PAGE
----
Latinzine
The Right TrackThe Right Track

Worst. Canción. Ever.

It’s at times like these when I need earplugs

By The Right Track Oct 8, 2012 11:49AM
Enrique Iglesias (© Eric Reed/Invision/AP)

By Juan Carlos Pérez-Duthie

 

They are like something out of a sci-fi or horror movie, crawling up your ears, lodging themselves inside your brain, and disrupting your life. They make you frown, or groan, or go “Huh?”

 

Bad songs. They are everywhere, and megastars - in spite of the hype, the money, and the resources - are not immune to them. Musical travesties can become hits and even win awards.

 

Awards shows tend to celebrate achievements, popularity, or sales. Let’s be honest, no one necessarily talks about quality here. And the Latin music industry is no exception. And worse yet, Latin music awards have no sense of humor. Whatsoever.

 

No, I don’t mean having comedian Eugenio Derbez as a host. It’s the humor of poking fun at the industry itself. In that respect, music could learn from the Razzie Awards which are handed out by the Golden Raspberry Award Foundation (you gotta love that name). Their purpose is to pay tribute to “the worst that Hollywood has to offer each year.”

 

Unfortunately, we don’t have anything like that in the Spanish-language entertainment market where negative critique is often frowned upon and viewed as a personal attack on the artist. Badness too is subjective.

 

But I’m here to say, gente, roll with the punches: If you are subjected to a truly horrible movie (and there are movies that are sooo bad they are good!), or a really terrible song, all’s fair. If you or I want to reach for earplugs when we hear an atrocious tune in Spanish, then we should feel free to say why we’re doing that. Or give the culprits an award. In this case, how about The Earplug Awards?

 

If we did, I believe there would be a lot of recipients.

 

One of this year’s catchiest songs in English was Glad You Came, by British-Irish boy band The Wanted. Like me, you’ve probably heard it a million times, but it always keeps me from changing the radio station. Not true for its Spanish version, a merengue called Vive Feliz, by Lenny Medina and featuring Ilegales. I was not glad they came and, indeed, my universe will never be the same.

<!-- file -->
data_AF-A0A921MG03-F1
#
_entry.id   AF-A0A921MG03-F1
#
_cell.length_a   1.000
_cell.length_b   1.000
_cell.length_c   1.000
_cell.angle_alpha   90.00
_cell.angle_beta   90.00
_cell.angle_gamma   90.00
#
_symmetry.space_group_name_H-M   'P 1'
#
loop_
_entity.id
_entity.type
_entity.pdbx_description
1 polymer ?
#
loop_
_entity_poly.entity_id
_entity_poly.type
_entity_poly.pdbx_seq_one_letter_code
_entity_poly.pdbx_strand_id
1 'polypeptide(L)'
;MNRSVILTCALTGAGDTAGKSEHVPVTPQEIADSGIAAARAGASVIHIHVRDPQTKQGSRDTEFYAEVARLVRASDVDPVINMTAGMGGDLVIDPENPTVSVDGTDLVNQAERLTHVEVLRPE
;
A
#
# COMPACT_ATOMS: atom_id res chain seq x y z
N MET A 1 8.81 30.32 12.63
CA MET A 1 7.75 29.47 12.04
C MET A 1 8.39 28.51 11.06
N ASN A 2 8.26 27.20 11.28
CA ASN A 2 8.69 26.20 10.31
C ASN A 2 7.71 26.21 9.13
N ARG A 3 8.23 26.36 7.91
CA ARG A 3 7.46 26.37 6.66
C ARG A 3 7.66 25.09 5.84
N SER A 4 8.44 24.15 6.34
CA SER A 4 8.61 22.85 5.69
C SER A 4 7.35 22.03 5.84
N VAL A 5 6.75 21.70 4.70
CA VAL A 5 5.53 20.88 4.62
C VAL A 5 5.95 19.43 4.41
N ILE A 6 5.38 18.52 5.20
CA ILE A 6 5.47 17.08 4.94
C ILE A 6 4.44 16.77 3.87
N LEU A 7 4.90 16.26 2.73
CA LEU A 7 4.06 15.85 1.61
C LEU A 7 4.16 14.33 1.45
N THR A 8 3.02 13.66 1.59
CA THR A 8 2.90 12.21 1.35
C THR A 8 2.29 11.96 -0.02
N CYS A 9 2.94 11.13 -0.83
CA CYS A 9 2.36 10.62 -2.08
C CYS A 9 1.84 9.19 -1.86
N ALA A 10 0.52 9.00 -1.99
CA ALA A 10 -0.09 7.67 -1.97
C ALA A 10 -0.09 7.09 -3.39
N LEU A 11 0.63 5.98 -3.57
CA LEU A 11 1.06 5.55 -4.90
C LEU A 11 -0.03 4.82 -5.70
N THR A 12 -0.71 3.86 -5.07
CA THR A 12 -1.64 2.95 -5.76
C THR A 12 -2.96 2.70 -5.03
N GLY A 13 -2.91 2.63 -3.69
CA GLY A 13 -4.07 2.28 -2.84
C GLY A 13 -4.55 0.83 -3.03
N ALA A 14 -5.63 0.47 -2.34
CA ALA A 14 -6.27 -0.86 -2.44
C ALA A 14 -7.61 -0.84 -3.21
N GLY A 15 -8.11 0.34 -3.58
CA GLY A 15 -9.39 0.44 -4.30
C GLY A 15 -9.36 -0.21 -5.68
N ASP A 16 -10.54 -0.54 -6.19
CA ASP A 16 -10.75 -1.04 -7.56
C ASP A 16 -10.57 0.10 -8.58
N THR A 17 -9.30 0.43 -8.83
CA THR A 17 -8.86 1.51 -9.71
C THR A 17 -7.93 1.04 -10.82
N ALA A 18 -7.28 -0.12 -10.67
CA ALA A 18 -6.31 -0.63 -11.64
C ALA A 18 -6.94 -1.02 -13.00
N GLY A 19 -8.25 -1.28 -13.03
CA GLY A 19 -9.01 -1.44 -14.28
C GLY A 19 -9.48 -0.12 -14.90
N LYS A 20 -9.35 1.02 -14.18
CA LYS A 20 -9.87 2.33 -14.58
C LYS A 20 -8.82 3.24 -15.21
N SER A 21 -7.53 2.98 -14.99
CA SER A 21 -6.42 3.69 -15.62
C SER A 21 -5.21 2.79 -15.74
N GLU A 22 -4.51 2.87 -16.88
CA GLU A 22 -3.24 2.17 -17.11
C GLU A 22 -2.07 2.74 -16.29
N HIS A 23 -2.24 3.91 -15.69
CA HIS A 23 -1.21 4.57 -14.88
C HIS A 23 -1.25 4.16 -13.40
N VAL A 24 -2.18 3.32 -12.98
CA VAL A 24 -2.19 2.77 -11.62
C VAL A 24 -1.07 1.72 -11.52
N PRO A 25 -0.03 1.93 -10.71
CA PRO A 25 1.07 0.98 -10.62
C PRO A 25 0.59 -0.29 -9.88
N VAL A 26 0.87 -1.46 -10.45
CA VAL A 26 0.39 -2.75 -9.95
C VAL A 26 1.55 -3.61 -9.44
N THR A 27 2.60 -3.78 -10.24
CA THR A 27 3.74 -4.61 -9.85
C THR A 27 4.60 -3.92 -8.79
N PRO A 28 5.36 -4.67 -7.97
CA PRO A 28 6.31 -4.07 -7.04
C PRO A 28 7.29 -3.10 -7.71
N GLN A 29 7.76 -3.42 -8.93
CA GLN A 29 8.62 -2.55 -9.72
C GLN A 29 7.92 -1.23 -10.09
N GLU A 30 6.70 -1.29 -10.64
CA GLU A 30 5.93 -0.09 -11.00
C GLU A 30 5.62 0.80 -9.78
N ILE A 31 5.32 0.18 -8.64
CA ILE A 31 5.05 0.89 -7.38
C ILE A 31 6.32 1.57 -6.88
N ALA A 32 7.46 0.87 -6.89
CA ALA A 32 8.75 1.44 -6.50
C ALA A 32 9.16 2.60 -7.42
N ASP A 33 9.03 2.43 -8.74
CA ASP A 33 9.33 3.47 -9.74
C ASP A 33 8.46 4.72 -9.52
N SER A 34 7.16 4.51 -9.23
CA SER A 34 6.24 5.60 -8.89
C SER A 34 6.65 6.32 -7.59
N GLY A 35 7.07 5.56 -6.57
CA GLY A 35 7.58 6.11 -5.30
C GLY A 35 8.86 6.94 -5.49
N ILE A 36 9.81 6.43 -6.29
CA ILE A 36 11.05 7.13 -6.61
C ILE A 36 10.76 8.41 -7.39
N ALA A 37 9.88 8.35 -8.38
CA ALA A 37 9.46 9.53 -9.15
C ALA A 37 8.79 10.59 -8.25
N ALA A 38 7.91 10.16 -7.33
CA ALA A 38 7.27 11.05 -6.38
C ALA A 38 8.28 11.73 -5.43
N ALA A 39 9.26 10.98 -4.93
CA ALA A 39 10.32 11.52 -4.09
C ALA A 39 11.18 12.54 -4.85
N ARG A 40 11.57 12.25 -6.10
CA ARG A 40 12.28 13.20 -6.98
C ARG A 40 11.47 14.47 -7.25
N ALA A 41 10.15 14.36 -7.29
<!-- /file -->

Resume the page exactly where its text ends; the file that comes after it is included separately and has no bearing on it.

It never is when I hear a track by Spanish heartthrob Enrique Iglesias. His newest chart hit, Finally Found You, with hip hop artist Sammy Adams is so overly processed and full of effects (Auto-Tune, anyone?) that if this were food it would probably be a Paula Deen dish not apt for diabetics. I wish I hadn’t finally found this song. Or Nunca te olvidaré. Or Bailamos. Or I Like It. All good for enhanced interrogation in Guantánamo.

 

Maybe Howard Stern was onto something years ago when he blasted the singer with an alleged tape of Iglesias sounding like a wounded hyena while performing Rhythm Divine (Iglesias then went on Stern’s show to prove he could sing).

 

Not too far away from him is his touring partner Jennifer López, whose paper-thin voice has not stopped her from becoming one of the world’s richest entertainers. Just listen to her sing about her love for Louboutins (and see her cringe-inducing performance of that song on TV’s So You Think You Can Dance) or the whole vanity album in Spanish Como ama una mujer. And who can ever forget the fakeness of I’m Real?

 

Even Pitbull, who these days is viewed as the touch of cool that many artists need for their music, started out making an ass of himself with a song called Culo. That title makes you go “WTF?!”

 

Maybe you reacted the same then when you first heard, oh, I don’t know, anything by Paulina Rubio; Aserejé or The Ketchup Song, by Las Ketchup; Macarena, by Los del Río; Gerardo’s Rico Suave; Mambo no. 5, by Lou Bega; Ay Mariposa, embarrassing and homophobic, sung by various artists; El Venao, performed by several singers; Mueve las pelotas (subtle, huh?) by Beatriz López & Achevere; Sucia, by Los Sucios; any narco-corrido; Ricky Martin’s and Madonna’s duet Cuidado con el corazón; Dándole, by Gocho and featuring Jowell

 

This last song, of the reggaetón genre, opens a whole other can of worms about all the coarse language used in urban music. That’s a story for another day, though. The point is whether famous or unknown, a legend or a flash in the pan, any artist, at any time, can make a bad song. Just tune in now and hear for yourself. Then bring out your earplugs.

 

Do you have a favorite bad song? If so, let me know what that disaster is…

  


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About the author
  • Juan Carlos Perez DuthieJuan Carlos Perez Duthie

    With some 20+ years of experience covering the music and entertainment industries as a bilingual journalist in the U.S. and abroad, Juan Carlos always gets a kick out of listening to any great new song.